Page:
19 (17)

14 (12)

5 (6)

1 (1)

39 (36)

ASSOCIATE MEMBER

23 (23)

4 (3)

0 (0)

0 (1)

27 (27)

STUDENT MEMBER

16 (16)

1 (1)

0 (0)

0 (0)

17 (17)

AFFILIATE MEMBER

5 (5)

5 (6)

0 (0)

2 (3)

12 (14)

HONORARY MEMBER

6 (6)

2 (2)

0 (0)

1 (0)

9 (8)

TOTAL MEMBERSHIP

169 (164)

70 (73)

14 (15)

10 (10)

263 (262)

As can be seen from the table above, our membership has stabilized after several years of growth. However we are struggling to get all members to pay their annual subs.



On the assumption that 50% of current members who have not paid subs yet will pay after the next reminders are sent out, there will be the following numbers who have not paid subs at all:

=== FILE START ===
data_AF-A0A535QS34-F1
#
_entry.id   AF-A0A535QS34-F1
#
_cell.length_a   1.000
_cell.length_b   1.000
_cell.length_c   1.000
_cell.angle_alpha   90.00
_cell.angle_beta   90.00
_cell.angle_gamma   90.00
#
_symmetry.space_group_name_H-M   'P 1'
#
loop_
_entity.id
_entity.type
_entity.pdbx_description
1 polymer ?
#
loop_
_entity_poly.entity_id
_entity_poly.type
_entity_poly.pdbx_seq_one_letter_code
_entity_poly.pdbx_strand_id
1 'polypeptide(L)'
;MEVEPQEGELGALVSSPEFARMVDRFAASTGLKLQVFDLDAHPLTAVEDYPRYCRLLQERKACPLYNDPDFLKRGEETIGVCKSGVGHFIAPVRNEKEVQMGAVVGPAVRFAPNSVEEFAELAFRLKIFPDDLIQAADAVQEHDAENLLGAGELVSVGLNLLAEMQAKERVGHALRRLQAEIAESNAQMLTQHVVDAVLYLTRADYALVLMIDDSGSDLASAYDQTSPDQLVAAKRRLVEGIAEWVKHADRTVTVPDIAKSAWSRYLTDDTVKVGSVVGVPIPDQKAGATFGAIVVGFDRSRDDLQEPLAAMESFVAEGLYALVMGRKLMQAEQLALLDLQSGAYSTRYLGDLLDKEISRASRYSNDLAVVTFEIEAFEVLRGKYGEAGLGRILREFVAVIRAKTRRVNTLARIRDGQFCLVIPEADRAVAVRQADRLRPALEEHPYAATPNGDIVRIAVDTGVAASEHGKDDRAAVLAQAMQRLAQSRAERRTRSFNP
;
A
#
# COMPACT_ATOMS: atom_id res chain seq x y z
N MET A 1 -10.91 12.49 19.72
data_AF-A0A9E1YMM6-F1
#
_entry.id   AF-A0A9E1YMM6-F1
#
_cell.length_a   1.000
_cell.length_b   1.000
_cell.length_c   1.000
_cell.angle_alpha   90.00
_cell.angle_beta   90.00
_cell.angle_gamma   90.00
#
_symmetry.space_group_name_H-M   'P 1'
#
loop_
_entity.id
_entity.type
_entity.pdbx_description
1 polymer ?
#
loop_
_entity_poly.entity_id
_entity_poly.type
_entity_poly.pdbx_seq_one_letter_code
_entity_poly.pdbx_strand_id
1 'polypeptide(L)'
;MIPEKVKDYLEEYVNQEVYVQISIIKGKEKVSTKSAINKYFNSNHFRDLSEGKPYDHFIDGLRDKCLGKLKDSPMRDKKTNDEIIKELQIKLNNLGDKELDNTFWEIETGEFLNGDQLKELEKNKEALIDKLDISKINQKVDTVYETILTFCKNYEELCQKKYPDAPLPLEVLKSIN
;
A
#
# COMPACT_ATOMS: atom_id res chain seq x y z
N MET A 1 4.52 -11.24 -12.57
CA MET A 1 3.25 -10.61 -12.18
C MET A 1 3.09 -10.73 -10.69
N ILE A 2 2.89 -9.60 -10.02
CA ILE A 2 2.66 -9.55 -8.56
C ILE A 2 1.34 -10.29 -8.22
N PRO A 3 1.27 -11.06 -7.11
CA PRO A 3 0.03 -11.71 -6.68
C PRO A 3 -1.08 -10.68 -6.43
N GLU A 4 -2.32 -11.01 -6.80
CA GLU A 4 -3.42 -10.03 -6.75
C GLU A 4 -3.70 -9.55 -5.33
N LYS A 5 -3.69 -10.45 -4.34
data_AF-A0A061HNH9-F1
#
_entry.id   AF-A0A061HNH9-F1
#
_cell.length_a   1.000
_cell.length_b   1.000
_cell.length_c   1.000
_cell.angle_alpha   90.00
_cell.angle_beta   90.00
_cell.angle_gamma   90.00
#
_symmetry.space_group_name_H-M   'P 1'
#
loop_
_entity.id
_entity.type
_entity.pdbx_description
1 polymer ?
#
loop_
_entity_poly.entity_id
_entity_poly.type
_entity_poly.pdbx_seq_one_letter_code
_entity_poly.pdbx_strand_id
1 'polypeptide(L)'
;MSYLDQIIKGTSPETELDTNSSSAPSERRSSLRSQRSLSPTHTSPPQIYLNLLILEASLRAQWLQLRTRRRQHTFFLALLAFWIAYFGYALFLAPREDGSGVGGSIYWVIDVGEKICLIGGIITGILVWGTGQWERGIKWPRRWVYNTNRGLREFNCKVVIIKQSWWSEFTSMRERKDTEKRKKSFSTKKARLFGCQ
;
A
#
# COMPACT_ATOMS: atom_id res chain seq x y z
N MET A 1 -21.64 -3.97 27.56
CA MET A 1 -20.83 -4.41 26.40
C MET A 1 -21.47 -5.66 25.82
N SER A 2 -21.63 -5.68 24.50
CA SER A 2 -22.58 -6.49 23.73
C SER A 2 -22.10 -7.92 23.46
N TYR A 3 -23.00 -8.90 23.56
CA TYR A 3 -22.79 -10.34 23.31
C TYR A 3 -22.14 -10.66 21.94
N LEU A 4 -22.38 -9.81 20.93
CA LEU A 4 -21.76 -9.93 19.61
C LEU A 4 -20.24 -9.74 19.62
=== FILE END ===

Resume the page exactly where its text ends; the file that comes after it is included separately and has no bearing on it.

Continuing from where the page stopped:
Members – 28; Associates & Affiliates – 10; Students – 7.

In other words, there are potentially 45 members who have not paid and we need to consider whether to expel them from the Society.

I would like to take this opportunity to thank Sue Whitehead for taking on the onerous job of Membership Secretary (as well as numerous other tasks she performs on our behalf) and hereby relieving me of a very time-consuming activity.”

Discussion followed on the defaulting members and student membership. Agreed that a final reminder to be submitted to these members, if payment still not received then their membership to be cancelled.

Further agreed that Student members be for 3 years only, at a nominal R25 membership fee.


    1. The President reviewed the current Honorary memberships: